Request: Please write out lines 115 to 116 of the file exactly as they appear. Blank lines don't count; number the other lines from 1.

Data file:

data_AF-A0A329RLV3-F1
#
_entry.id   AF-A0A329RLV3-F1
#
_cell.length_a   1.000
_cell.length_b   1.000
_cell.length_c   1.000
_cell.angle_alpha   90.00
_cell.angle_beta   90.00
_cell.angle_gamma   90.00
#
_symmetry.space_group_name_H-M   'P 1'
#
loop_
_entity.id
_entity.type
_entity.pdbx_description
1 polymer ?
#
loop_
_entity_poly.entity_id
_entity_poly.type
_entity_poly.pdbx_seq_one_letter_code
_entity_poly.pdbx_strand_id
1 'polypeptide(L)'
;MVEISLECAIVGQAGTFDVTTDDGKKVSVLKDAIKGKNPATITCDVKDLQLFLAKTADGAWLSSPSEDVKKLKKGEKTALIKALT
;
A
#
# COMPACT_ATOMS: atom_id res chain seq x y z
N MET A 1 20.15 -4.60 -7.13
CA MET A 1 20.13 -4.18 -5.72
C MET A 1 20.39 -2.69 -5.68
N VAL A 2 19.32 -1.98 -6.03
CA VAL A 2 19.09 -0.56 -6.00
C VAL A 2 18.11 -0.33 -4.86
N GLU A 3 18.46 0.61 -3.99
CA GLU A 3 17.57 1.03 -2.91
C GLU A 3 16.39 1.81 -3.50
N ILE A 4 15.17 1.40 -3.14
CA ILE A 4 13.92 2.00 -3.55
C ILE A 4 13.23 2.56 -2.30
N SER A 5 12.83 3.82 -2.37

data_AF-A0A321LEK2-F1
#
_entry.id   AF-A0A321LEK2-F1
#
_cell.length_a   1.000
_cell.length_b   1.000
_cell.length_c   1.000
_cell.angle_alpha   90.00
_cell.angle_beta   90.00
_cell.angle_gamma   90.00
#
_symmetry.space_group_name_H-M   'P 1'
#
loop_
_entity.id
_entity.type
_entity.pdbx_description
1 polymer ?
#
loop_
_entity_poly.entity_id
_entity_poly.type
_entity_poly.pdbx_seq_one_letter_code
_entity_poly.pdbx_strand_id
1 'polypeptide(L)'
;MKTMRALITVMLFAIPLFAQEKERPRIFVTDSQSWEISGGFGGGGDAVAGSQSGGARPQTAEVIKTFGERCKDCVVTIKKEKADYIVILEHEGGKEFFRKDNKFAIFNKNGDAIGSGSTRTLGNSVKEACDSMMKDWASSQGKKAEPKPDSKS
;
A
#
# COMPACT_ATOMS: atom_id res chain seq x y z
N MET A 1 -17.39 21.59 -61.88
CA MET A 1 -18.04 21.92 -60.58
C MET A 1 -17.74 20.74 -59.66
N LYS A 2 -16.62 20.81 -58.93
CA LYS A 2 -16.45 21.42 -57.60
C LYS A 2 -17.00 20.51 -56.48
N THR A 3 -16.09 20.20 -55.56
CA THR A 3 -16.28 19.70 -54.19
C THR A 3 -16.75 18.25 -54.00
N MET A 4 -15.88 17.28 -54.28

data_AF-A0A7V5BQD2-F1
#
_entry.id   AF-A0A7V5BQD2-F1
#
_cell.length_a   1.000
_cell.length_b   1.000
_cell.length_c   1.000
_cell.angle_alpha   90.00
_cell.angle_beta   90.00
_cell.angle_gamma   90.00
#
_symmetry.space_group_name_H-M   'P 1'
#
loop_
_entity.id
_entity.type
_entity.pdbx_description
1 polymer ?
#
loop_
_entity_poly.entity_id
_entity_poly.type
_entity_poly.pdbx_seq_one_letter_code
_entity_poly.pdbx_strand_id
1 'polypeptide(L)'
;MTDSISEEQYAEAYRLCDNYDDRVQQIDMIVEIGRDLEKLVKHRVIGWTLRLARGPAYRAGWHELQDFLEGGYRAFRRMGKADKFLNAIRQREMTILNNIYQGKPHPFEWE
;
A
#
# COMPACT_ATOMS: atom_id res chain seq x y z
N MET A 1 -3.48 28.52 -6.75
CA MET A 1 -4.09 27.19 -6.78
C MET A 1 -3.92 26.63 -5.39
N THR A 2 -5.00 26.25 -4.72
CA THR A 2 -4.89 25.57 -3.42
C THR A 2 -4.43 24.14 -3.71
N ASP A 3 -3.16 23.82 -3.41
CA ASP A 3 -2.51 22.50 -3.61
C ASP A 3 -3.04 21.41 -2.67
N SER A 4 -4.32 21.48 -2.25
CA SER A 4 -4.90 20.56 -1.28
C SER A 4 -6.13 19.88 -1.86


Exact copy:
CA MET A 1 -4.09 27.19 -6.78
C MET A 1 -3.92 26.63 -5.39